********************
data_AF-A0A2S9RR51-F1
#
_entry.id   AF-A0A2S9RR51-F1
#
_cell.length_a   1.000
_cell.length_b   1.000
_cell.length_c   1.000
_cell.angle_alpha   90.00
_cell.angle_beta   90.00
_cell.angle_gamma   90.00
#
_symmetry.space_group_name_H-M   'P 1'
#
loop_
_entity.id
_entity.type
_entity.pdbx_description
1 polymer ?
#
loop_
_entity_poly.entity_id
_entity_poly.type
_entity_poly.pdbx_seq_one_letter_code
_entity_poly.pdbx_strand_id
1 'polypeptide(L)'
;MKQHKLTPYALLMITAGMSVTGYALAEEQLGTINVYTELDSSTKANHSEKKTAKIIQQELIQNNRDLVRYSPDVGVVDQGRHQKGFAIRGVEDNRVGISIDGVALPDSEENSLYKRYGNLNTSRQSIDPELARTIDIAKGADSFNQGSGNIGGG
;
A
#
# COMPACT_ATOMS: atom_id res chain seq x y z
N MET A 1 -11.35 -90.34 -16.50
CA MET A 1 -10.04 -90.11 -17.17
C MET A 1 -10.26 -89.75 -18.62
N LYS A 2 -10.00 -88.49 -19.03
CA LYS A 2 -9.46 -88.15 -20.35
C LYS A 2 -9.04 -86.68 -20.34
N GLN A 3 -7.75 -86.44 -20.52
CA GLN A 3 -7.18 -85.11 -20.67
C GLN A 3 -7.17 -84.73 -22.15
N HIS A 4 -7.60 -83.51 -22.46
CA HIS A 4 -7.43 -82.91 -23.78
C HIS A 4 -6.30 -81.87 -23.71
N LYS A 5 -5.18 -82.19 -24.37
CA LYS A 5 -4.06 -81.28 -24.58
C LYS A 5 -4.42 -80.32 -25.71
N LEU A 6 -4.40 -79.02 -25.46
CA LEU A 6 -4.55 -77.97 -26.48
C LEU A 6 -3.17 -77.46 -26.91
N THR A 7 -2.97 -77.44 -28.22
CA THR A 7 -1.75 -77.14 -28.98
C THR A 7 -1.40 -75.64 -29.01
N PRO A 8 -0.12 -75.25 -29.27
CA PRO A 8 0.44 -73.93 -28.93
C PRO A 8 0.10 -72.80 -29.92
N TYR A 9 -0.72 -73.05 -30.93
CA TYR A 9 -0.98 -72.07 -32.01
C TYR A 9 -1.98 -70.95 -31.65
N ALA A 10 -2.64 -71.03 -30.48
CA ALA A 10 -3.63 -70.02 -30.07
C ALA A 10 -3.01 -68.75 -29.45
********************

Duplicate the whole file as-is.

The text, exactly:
data_AF-A0A2S9RR51-F1
#
_entry.id   AF-A0A2S9RR51-F1
#
_cell.length_a   1.000
_cell.length_b   1.000
_cell.length_c   1.000
_cell.angle_alpha   90.00
_cell.angle_beta   90.00
_cell.angle_gamma   90.00
#
_symmetry.space_group_name_H-M   'P 1'
#
loop_
_entity.id
_entity.type
_entity.pdbx_description
1 polymer ?
#
loop_
_entity_poly.entity_id
_entity_poly.type
_entity_poly.pdbx_seq_one_letter_code
_entity_poly.pdbx_strand_id
1 'polypeptide(L)'
;MKQHKLTPYALLMITAGMSVTGYALAEEQLGTINVYTELDSSTKANHSEKKTAKIIQQELIQNNRDLVRYSPDVGVVDQGRHQKGFAIRGVEDNRVGISIDGVALPDSEENSLYKRYGNLNTSRQSIDPELARTIDIAKGADSFNQGSGNIGGG
;
A
#
# COMPACT_ATOMS: atom_id res chain seq x y z
N MET A 1 -11.35 -90.34 -16.50
CA MET A 1 -10.04 -90.11 -17.17
C MET A 1 -10.26 -89.75 -18.62
N LYS A 2 -10.00 -88.49 -19.03
CA LYS A 2 -9.46 -88.15 -20.35
C LYS A 2 -9.04 -86.68 -20.34
N GLN A 3 -7.75 -86.44 -20.52
CA GLN A 3 -7.18 -85.11 -20.67
C GLN A 3 -7.17 -84.73 -22.15
N HIS A 4 -7.60 -83.51 -22.46
CA HIS A 4 -7.43 -82.91 -23.78
C HIS A 4 -6.30 -81.87 -23.71
N LYS A 5 -5.18 -82.19 -24.37
CA LYS A 5 -4.06 -81.28 -24.58
C LYS A 5 -4.42 -80.32 -25.71
N LEU A 6 -4.40 -79.02 -25.46
CA LEU A 6 -4.55 -77.97 -26.48
C LEU A 6 -3.17 -77.46 -26.91
N THR A 7 -2.97 -77.44 -28.22
CA THR A 7 -1.75 -77.14 -28.98
C THR A 7 -1.40 -75.64 -29.01
N PRO A 8 -0.12 -75.25 -29.27
CA PRO A 8 0.44 -73.93 -28.93
C PRO A 8 0.10 -72.80 -29.92
N TYR A 9 -0.72 -73.05 -30.93
CA TYR A 9 -0.98 -72.07 -32.01
C TYR A 9 -1.98 -70.95 -31.65
N ALA A 10 -2.64 -71.03 -30.48
CA ALA A 10 -3.63 -70.02 -30.07
C ALA A 10 -3.01 -68.75 -29.45